Can zoo visitors save the natural world?



Exploring the potential of zoos across the world to deliver conservation goals by enabling their visitors to take action for nature.

In the south west of England lies the oldest zoo in the world that is not based in a capital city. Bristol Zoo Gardens opened to the public in 1836, and in that time has seen two world wars and many generations of zoo-goers.

Over the past 178 years, the global environment has changed significantly. Human activities have caused environmental destruction and countless species extinctions. At the same time, zoos have also changed significantly, moving from places to gaze at exotic animals to institutions that serve as leaders in conservation and education.

Research tells us that zoos are important for environmental learning. By exposing visitors to messages of conservation, zoos have an opportunity to influence attitudes about wildlife and their habitats. However, we cannot save wildlife by engaging people with the natural world alone. 

Research has found that influencing attitudes does not often translate into action; therefore, zoos must move beyond raising awareness and toward enabling visitors to take action for the benefit of the environment. The conservation sector at large has embraced the need for targeted, informed campaigns that encourage behavioural change. Principles of social marketing and psychology are being applied to investigate existing beliefs about wildlife-friendly behaviours and the barriers that prevent people from taking action.

Zoo-based conservation campaigns

By partnering with academics, Zoos Victoria in Australia designed a model for zoo-based conservation campaigns called Connect – Understand – Act. Using this model, Bristol Zoo Gardens launched its first targeted behaviour change campaign at Bristol Zoo in 2013.

One of the key attractions at Bristol Zoo is a group of western lowland gorillas. This sub-species is critically endangered due to habitat destruction, poaching, and disease; this called for a simple action that all visitors could make to help protect gorillas in the wild.

After surveying visitors to investigate perceptions of a number of threats to gorillas, Bristol Zoo Gardens teamed up with the Forest Stewardship Council (FSC). Over the summer holidays, visitors to the Bristol Zoo were encouraged to purchase FSC-certified products from well-managed forests — in particular, charcoal for barbecues.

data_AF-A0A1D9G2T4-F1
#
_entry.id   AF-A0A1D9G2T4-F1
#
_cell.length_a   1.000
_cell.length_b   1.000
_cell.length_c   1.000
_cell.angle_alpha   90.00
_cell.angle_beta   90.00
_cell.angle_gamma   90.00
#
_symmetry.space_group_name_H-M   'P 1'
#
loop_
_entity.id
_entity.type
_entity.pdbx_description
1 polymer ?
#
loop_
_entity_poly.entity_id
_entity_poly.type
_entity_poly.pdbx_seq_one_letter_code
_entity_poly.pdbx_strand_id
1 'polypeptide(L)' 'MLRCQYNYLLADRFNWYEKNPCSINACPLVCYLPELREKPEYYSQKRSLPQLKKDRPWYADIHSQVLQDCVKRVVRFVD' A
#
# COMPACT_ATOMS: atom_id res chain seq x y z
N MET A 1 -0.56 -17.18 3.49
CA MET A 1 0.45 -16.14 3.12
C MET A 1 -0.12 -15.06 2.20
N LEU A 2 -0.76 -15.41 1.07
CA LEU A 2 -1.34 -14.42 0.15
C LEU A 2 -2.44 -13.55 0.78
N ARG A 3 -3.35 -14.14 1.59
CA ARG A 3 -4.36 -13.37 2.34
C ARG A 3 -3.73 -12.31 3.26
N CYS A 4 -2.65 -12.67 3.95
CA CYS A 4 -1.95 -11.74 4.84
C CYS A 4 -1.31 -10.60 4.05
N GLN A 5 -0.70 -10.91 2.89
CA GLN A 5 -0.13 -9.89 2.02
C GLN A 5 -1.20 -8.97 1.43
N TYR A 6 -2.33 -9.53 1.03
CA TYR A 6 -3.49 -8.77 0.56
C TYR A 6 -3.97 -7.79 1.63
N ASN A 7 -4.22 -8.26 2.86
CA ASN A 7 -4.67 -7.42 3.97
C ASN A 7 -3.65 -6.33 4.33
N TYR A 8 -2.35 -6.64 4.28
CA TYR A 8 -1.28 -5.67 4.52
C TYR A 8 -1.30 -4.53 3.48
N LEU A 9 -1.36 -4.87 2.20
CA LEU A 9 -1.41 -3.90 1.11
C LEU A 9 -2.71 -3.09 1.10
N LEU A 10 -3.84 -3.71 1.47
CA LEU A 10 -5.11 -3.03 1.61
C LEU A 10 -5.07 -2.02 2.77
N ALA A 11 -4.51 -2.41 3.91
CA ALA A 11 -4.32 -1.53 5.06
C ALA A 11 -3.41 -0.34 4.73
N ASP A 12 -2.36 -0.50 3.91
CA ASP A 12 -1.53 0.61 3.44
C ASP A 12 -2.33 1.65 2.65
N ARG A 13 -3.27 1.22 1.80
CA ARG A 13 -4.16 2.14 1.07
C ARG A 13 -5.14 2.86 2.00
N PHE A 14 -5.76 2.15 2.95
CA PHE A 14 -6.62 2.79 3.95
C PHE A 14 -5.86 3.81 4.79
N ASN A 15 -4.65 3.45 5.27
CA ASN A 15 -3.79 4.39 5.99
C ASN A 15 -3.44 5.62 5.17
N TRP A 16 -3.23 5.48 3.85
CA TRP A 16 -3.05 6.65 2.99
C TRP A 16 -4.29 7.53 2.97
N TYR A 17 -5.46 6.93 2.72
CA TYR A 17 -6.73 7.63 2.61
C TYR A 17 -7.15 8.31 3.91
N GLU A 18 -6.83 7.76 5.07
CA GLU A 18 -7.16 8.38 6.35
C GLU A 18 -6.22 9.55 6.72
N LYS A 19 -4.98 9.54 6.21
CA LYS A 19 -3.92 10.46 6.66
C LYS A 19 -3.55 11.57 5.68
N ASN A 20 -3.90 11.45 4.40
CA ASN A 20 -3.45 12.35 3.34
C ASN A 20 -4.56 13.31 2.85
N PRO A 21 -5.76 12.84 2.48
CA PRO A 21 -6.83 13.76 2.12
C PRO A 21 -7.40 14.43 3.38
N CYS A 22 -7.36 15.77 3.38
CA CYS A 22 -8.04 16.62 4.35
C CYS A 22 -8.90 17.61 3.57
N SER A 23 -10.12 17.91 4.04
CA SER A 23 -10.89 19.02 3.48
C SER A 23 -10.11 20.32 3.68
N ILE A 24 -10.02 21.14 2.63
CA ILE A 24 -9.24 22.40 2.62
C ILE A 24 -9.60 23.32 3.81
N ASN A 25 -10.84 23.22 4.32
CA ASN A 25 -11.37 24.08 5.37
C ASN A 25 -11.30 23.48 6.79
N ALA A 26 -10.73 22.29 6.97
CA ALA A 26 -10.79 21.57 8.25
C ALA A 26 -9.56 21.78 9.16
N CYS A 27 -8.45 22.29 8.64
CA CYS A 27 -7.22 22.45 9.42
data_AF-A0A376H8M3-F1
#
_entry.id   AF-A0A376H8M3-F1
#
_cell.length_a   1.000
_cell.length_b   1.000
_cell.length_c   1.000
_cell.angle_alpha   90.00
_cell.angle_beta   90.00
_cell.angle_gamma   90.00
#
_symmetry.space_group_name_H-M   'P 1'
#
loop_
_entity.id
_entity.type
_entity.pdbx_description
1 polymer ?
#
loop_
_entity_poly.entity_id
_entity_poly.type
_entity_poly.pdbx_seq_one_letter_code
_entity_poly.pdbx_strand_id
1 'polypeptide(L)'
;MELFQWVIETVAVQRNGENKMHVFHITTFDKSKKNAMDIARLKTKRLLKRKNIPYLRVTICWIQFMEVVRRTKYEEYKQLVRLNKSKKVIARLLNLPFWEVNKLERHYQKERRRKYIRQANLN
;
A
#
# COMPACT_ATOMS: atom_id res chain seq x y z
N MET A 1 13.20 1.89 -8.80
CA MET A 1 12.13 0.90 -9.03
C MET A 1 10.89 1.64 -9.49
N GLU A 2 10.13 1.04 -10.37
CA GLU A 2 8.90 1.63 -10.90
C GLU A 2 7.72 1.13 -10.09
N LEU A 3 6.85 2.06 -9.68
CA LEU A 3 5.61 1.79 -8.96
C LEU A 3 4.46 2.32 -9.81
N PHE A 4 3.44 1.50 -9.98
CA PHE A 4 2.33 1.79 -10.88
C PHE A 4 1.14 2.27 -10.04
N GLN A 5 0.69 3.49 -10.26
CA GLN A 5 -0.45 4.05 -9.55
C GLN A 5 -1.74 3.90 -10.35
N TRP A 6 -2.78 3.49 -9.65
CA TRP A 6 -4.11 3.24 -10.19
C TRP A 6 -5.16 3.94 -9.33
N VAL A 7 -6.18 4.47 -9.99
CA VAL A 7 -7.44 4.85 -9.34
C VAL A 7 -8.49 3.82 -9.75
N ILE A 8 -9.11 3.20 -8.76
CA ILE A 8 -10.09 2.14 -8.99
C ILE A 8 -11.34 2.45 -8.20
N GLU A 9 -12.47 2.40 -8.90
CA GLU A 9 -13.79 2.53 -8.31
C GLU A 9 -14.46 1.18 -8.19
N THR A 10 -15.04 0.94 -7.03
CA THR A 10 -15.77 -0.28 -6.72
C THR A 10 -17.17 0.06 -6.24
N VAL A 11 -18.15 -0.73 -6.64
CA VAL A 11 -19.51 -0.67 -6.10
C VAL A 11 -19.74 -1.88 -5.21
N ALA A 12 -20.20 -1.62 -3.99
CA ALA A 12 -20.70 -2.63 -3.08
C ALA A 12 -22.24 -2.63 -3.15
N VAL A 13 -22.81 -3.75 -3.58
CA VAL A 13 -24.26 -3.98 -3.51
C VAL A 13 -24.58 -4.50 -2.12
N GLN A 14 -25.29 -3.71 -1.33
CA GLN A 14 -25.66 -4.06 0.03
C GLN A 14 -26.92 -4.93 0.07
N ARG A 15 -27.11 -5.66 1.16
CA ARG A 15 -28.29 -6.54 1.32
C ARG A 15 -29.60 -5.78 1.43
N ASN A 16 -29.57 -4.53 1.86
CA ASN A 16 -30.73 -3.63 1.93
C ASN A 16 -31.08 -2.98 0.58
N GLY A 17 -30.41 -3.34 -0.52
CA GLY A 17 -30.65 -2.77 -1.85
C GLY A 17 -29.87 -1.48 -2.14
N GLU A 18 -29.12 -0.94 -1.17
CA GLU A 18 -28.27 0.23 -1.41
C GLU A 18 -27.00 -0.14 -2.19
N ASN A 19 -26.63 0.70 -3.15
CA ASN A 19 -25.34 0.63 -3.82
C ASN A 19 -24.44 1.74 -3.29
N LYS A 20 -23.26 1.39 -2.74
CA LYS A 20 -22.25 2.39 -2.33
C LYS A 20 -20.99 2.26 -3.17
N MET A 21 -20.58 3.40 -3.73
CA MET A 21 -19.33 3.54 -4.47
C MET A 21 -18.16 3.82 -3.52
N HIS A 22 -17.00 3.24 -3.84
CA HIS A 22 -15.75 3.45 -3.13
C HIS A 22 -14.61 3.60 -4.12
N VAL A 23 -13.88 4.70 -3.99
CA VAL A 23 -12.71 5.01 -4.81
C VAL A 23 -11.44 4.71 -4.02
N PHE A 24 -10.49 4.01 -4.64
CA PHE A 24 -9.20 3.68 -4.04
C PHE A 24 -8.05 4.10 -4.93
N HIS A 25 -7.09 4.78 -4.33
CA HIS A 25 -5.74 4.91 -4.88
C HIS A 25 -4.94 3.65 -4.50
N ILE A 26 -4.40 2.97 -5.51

Part of this project was a survey to explore beliefs about, and barriers to, buying FSC-certified products. The survey found the following to be true:

    1. People could not recognise the FSC logo and did not know what it meant
    2. They did not think FSC products were widely available 
    3. They thought FSC products would cost a lot more than the alternatives

With these findings in mind, a campaign was designed around two elements: 1) a shopping game called ‘Zoopermarket’, which taught people about the FSC logo and demonstrated how to find FSC products, and 2) a pledging activity that encouraged people to make a pledge to choose FSC products on their next trip to the supermarket.

Evaluating impact

An important element in zoo-based conservation campaigns is evaluation. If zoos are to encourage pro-environmental behaviours among visitors then they must be able to effectively measure the impact of such campaigns.

In the project outlined above, it was determined that visitors reported significantly better logo recognition and an increased influence of the FSC logo on their purchasing decisions after their involvement with the campaign. Ideally, the survey would have measured actual behaviour change; however, this is challenging to prove, particularly using self-report surveys.

This year Bristol Zoo Gardens implemented its second campaign using a similar model, moving the focus from barbecues to kitchens. An FSC kitchen exhibit, set up within the zoo, called for visitors to swap their paper towels for an FSC-certified brand and use FSC-certified utensils. Over 12,000 people visited the exhibit and over 3,800 children and adults pledged to look for the FSC logo and buy FSC-certified products. The 2014 campaign is currently being evaluated.

Each year over 700 million people pass through the gates of zoos and aquariums in the World Association of Zoos and Aquariums (WAZA) network, so the potential to influence change through zoos huge. To achieve a sustainable future for people and wildlife, zoos must continue to improve their conservation campaigns to promote pro-environmental behaviour. If this is done, and done well, zoo visitors can save the natural world.

About the Author

Jennifer Garrett is Conservation Campaign Manager for Bristol Zoological Society.

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